I remembered some of theses stories from my schooldays and Frank O'Connor is a master of that particularly difficult genre, the short story. A bit like the proverbial parson's egg, these stories are good in part but not just good as some are excellent and only a couple are somewhat disappointing.
My personal favourite is Guests of the Nation which is set during the Irish War of Independence and tells the story of two Englishmen who are being held captive by the IRA and who are subsequently executed by the two IRA men charged with guarding them. The earlier part of the story shows the comraderie that develops between the Englishmen, who are decent and gentlemanly, and their IRA captors.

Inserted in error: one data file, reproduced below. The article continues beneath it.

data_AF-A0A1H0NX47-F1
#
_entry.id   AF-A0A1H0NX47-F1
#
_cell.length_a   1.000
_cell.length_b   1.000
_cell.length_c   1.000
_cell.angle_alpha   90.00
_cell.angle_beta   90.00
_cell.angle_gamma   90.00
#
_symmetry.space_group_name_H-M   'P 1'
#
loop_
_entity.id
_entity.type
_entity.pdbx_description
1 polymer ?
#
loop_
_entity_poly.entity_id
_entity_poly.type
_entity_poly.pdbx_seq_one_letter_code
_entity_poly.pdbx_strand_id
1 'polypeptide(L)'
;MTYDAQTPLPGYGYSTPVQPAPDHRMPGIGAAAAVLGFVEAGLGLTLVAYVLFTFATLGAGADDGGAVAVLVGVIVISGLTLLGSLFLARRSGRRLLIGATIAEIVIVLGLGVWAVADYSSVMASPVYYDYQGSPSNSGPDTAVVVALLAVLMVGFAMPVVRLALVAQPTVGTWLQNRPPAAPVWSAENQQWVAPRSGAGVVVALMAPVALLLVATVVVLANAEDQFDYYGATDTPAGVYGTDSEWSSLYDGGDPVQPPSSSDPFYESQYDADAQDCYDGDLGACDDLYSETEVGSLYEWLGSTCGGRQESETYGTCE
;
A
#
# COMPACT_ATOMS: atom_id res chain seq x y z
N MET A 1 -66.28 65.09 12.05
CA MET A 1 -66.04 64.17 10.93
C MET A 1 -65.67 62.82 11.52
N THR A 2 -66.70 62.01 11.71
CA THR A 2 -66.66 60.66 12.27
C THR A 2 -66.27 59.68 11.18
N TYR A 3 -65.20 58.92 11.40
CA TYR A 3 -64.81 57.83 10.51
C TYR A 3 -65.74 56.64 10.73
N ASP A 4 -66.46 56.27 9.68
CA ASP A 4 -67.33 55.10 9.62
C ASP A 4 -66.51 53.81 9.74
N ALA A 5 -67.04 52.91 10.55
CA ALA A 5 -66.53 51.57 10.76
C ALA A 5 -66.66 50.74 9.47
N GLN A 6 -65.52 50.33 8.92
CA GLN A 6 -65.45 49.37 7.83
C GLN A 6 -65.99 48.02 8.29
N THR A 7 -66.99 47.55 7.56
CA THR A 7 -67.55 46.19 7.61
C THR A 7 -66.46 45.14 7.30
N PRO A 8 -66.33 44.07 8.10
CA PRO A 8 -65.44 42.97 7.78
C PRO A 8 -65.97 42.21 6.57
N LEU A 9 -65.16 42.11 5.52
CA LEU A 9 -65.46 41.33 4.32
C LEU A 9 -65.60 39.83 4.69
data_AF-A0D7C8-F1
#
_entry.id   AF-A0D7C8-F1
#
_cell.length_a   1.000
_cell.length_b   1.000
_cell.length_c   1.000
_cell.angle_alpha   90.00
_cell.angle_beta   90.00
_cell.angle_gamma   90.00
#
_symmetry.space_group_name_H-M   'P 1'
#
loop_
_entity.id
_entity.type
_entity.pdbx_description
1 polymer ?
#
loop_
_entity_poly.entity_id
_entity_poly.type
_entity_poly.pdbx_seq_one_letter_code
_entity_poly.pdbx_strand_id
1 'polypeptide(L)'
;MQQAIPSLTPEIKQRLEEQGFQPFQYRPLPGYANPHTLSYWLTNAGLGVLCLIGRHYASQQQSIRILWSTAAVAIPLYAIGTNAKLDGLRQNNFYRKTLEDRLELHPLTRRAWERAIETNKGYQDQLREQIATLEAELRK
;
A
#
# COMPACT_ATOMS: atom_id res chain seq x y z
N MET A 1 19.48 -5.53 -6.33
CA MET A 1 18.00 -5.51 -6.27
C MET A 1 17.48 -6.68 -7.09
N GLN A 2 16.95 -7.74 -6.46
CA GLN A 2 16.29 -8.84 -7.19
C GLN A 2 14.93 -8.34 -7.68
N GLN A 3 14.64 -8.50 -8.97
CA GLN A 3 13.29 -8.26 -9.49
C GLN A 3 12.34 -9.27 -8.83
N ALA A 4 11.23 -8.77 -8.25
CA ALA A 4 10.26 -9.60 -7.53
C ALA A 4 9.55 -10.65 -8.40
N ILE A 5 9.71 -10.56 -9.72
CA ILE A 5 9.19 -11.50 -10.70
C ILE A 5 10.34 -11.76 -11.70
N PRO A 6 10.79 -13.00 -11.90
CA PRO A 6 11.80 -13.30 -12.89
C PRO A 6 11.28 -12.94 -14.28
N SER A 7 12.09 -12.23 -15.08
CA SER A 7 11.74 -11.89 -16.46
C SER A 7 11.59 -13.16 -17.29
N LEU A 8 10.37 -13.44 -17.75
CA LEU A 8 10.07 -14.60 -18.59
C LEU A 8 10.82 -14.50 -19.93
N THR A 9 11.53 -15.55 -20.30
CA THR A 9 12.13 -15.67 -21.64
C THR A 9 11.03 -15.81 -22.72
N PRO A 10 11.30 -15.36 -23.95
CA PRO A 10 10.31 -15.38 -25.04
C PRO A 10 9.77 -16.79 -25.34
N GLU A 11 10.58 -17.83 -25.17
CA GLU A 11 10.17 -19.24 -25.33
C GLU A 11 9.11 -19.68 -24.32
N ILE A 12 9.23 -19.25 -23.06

Having carried out the executions both killers are very much affected and one of them, a man called Noble, "saw everything ten times the size, as though there were nothing in the whole world but that little patch of bog with the two Englishmen stiffening into it" but the other killer, the narrator Bonaparte, felt "as if the patch of bog where the Englishmen were was a million miles away ..... and I was somehow very small and very lost and lonely like a child astray in the snow".
But it is the last line of this story that is the most powerful and it is as chilling as it is revealing "And anything that happened to me afterwards, I never felt the same about".
There are many other gems in this collection and some very memorable characters who will stay with the reader long after the stories have been put away.